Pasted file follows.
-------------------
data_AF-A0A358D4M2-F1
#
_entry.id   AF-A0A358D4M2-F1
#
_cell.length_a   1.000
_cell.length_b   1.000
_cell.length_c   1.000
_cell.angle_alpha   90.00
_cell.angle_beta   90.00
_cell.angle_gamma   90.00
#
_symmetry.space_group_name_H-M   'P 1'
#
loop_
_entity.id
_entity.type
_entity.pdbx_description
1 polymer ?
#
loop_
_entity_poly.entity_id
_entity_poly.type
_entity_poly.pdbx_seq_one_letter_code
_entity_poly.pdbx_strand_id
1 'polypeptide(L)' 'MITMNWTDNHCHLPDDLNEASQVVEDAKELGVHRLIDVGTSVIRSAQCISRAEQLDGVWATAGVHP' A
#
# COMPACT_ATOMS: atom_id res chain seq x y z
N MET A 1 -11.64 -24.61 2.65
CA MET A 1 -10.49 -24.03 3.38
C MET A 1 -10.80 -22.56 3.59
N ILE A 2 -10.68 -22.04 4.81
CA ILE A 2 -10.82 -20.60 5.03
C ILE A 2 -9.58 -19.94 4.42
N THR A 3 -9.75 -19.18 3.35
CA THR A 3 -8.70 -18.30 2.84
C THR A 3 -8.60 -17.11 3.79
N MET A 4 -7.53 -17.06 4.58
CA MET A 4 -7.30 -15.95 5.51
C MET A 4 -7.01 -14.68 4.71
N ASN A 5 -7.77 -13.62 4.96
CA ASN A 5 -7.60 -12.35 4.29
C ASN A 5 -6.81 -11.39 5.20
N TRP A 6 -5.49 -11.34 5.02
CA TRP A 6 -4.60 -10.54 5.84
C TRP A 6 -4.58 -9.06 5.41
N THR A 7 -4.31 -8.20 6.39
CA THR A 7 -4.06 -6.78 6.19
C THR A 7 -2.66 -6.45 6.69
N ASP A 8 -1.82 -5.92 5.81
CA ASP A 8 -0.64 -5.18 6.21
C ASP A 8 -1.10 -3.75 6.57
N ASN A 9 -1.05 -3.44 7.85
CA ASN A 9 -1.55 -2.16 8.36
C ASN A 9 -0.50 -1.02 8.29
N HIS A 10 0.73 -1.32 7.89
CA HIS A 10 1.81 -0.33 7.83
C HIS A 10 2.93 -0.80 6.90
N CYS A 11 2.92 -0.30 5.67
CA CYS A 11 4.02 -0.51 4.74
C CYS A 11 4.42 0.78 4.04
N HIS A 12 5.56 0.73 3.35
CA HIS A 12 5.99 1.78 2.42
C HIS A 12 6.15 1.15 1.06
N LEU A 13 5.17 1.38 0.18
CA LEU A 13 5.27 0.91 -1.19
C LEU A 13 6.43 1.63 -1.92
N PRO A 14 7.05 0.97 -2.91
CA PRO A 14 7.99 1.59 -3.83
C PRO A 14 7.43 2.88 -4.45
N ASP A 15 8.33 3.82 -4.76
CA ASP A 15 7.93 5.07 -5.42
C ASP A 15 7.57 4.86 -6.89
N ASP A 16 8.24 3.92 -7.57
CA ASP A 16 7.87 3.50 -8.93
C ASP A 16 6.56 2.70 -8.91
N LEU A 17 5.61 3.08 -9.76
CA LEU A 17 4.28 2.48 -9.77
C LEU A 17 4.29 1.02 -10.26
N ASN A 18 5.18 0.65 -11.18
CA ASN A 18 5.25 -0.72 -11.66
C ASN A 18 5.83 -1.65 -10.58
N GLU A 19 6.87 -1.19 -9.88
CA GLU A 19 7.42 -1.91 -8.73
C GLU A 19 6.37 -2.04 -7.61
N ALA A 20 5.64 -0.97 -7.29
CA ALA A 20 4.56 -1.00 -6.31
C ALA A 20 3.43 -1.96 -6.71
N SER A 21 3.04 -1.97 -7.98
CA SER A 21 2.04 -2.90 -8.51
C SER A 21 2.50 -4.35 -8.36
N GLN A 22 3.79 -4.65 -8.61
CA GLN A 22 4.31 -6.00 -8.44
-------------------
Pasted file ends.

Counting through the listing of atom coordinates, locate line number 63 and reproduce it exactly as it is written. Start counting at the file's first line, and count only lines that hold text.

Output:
C HIS A 12 6.15 1.15 1.06